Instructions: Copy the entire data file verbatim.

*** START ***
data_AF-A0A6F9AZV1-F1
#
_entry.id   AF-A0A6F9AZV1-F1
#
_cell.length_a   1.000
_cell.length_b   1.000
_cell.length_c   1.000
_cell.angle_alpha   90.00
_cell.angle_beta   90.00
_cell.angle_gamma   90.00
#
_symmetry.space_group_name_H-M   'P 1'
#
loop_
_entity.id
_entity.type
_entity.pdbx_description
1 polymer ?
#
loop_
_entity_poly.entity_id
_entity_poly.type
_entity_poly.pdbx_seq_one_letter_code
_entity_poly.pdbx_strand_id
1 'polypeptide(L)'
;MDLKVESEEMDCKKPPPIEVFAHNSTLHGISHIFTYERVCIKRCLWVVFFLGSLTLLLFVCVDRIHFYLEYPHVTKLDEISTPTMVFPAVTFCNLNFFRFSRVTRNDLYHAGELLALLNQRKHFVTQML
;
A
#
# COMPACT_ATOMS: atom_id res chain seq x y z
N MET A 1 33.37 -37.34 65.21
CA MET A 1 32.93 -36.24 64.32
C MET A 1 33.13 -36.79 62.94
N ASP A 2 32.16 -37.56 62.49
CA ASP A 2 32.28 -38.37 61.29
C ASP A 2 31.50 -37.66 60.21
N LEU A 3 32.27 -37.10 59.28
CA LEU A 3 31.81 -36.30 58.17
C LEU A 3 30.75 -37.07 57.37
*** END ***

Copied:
data_AF-A0A6F9AZV1-F1
#
_entry.id   AF-A0A6F9AZV1-F1
#
_cell.length_a   1.000
_cell.length_b   1.000
_cell.length_c   1.000
_cell.angle_alpha   90.00
_cell.angle_beta   90.00
_cell.angle_gamma   90.00
#
_symmetry.space_group_name_H-M   'P 1'
#
loop_
_entity.id
_entity.type
_entity.pdbx_description
1 polymer ?
#
loop_
_entity_poly.entity_id
_entity_poly.type
_entity_poly.pdbx_seq_one_letter_code
_entity_poly.pdbx_strand_id
1 'polypeptide(L)'
;MDLKVESEEMDCKKPPPIEVFAHNSTLHGISHIFTYERVCIKRCLWVVFFLGSLTLLLFVCVDRIHFYLEYPHVTKLDEISTPTMVFPAVTFCNLNFFRFSRVTRNDLYHAGELLALLNQRKHFVTQML
;
A
#
# COMPACT_ATOMS: atom_id res chain seq x y z
N MET A 1 33.37 -37.34 65.21
CA MET A 1 32.93 -36.24 64.32
C MET A 1 33.13 -36.79 62.94
N ASP A 2 32.16 -37.56 62.49
CA ASP A 2 32.28 -38.37 61.29
C ASP A 2 31.50 -37.66 60.21
N LEU A 3 32.27 -37.10 59.28
CA LEU A 3 31.81 -36.30 58.17
C LEU A 3 30.75 -37.07 57.37